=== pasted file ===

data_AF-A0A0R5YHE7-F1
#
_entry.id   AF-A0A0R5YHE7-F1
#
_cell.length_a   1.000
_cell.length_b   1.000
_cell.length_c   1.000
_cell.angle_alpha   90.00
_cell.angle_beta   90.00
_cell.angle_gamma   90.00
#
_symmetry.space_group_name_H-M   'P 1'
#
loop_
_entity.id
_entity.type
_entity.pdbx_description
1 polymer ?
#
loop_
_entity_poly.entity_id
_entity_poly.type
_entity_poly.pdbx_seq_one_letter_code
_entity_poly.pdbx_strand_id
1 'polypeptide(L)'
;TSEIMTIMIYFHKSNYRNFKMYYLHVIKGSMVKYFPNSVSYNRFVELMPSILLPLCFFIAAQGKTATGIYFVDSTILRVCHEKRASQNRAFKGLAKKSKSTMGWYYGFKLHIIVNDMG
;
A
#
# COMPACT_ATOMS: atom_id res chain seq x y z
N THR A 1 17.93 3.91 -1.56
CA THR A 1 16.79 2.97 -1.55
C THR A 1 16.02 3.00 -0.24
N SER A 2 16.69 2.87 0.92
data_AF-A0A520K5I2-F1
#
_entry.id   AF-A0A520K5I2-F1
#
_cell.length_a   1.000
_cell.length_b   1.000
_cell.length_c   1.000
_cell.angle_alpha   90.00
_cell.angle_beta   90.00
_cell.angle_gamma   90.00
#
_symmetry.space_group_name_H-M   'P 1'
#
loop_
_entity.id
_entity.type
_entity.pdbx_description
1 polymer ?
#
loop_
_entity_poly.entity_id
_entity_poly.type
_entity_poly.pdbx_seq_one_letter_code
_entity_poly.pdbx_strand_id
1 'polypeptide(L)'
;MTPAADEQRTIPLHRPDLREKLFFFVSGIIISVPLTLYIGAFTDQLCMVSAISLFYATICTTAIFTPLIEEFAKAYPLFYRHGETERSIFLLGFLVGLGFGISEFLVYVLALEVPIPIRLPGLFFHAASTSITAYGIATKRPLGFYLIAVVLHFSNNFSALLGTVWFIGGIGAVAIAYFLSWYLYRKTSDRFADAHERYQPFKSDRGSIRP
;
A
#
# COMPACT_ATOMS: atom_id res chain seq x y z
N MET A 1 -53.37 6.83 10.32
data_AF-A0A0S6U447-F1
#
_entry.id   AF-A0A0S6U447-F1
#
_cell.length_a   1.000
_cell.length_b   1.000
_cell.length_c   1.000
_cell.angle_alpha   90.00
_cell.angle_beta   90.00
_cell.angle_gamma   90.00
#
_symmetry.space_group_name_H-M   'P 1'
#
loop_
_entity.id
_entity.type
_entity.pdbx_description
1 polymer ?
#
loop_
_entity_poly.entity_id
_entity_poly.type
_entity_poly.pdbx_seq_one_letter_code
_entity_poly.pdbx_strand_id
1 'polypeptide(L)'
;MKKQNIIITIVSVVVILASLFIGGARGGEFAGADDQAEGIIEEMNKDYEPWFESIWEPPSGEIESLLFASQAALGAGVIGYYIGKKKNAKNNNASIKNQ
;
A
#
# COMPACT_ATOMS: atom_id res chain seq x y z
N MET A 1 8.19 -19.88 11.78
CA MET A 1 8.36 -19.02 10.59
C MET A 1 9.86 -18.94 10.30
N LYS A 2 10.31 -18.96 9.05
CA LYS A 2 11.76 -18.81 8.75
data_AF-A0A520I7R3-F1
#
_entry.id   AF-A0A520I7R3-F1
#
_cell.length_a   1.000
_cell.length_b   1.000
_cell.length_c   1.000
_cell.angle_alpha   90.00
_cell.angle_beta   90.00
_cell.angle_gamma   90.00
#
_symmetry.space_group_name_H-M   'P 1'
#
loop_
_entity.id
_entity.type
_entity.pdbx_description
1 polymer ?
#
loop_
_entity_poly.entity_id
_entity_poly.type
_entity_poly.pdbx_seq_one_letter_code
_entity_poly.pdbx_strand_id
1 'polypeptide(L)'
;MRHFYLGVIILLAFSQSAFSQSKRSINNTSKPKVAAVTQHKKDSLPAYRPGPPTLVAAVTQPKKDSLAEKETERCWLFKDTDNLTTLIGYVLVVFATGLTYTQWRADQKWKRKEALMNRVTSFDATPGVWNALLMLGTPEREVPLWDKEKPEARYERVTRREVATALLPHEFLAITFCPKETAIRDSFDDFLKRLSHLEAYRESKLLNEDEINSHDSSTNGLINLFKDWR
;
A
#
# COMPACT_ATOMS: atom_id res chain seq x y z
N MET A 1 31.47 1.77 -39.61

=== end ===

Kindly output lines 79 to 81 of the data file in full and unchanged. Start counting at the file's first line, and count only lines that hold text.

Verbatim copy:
loop_
_entity.id
_entity.type